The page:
Social studies commonly find itself on the defensive side. The charge is multipronged: from policymakers seeking to restrict social studies’ space in our educational curriculum, to parents questioning the opportunities provided by the social studies profession, or to citizens doubting social studies’ contribution to their chosen careers.
As a social science university lecturer, I’ve always used three general rationales to affirm social studies’ importance for Filipinos’ basic and general education. They fall under the personal, national, and global. Alongside these three rationales, social studies are crucial in our curriculum for another, less discussed, reason: It helps one become an active participant in everyday conversations.
I discuss the three general rationales and, thereafter, examine how social studies relate to our everyday conversations.
First, social studies is useful in solving our personal problems. A useful concept is the sociological imagination: Simply put, it helps an individual understand her private life, her society, and the connection between the two. It highlights that neither an individual’s life nor the bigger society can be understood without grasping both. Consequently, solving one’s private trouble necessitates understanding corresponding public issues.
For instance, we understand that seemingly personal problems like difficulty finding a job may not be due to individuals’ shortcomings. Instead, this difficulty is tied to larger social forces such as high population growth and the current market scenario where the focus is on macroeconomic policies, including inflation targeting.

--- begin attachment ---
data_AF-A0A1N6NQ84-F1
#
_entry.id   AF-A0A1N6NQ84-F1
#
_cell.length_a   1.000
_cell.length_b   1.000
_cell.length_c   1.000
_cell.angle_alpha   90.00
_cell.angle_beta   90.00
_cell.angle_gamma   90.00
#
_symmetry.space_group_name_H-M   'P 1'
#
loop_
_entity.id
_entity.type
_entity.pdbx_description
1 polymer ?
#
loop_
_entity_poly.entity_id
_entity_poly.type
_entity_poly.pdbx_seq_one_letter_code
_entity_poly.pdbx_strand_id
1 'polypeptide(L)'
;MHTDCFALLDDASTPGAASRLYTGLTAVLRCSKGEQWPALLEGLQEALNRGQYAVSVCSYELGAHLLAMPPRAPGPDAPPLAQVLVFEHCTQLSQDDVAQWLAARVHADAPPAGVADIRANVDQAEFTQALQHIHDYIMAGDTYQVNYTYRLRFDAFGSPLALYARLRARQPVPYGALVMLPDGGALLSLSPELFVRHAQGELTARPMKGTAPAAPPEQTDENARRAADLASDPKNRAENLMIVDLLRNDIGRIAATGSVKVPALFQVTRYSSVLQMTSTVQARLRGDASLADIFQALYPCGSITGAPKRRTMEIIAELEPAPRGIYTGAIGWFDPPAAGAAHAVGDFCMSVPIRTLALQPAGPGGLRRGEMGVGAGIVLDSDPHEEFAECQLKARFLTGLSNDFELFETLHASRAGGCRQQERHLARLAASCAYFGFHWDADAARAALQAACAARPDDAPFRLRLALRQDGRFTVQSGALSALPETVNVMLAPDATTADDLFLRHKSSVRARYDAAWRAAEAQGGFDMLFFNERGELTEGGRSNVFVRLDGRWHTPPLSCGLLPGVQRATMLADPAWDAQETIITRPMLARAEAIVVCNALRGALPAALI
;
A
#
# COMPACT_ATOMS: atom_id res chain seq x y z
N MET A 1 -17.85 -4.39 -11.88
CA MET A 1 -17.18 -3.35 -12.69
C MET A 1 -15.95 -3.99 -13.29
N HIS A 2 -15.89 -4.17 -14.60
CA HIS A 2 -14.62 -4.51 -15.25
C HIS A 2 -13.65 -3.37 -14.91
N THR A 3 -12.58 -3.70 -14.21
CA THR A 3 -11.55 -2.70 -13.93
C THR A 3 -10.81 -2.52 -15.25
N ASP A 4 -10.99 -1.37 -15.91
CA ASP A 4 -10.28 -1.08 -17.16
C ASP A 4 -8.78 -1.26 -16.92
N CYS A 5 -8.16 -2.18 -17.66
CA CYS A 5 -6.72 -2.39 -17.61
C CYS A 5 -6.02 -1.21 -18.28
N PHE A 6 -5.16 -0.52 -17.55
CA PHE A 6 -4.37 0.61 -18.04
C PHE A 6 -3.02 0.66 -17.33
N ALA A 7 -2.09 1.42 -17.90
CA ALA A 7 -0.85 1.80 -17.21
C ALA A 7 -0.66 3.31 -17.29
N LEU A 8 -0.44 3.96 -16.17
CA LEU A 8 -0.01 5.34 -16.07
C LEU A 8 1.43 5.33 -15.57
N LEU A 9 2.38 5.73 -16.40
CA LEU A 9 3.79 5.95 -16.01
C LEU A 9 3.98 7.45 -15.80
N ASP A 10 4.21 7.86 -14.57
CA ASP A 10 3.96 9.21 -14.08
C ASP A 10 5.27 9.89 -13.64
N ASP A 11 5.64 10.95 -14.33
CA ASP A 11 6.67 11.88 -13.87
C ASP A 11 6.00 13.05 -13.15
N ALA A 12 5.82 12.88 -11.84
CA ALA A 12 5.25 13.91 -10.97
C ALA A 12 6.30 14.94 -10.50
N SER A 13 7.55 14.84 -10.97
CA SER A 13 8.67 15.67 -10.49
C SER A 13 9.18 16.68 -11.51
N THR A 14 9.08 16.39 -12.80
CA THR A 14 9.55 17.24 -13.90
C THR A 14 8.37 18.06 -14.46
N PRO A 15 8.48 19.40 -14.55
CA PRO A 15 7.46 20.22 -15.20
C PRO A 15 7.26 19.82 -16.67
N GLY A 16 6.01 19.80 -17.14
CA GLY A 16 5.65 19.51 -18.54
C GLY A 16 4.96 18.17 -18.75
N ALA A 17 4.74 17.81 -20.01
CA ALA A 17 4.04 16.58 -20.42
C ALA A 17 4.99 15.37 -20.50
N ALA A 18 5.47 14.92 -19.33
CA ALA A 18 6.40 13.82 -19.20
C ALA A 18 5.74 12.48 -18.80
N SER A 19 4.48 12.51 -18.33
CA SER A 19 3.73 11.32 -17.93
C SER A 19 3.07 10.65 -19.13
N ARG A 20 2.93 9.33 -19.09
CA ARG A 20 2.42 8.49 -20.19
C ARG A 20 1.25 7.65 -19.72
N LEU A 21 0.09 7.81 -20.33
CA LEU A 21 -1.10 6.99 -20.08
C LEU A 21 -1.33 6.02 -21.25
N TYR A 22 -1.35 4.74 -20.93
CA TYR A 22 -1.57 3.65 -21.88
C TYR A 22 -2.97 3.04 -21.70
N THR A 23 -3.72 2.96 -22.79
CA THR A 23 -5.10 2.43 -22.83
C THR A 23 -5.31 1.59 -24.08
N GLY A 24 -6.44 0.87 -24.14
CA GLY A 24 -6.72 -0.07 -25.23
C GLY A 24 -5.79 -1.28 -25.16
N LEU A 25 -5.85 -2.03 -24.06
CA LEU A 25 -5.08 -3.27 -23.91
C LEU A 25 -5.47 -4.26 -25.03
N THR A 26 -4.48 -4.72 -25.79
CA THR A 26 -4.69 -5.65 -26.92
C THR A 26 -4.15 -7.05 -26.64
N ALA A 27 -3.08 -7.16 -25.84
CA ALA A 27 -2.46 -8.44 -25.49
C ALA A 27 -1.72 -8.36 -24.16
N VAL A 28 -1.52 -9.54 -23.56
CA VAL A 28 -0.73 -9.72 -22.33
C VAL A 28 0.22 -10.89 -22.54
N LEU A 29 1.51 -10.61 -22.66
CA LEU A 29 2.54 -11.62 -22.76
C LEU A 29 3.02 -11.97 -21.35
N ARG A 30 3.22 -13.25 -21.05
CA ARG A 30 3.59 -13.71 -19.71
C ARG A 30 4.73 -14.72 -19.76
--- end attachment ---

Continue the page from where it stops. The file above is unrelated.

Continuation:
Second, social studies are vital for national development. Social studies help people become good citizens and become capacitated to contribute to governance and democracy. Students develop national consciousness by examining history, culture, and society. Social studies also equip students with critical lenses to spot, understand, and solve social issues.
Students develop national consciousness by examining history, culture, and society. Social studies also equip students with critical lenses to spot, understand, and solve social issues.
For example, we get to realize that adolescent pregnancy can never be solved simply by advocating for abstinence. Instead, it can be tackled through a whole-of-society approach. Providing social protection for adolescents and their babies can be done in the short term, while forging horizontal and vertical partnerships to deliver comprehensive sexuality education and reproductive health services can be done in the longer term.
Third, social studies is crucial in a globalized world. It equips us with a multicultural sensibility to deal with people of different backgrounds. Importantly, social studies highlight social issues that transcend national borders and develop strategies to address these problems on an international scale.
Examples include worsening climate change and democratic backsliding that threaten the most vulnerable across the globe. Moreover, social studies acclimate students with solutions to achieve collective action among countries, fueled by demands from their constituents.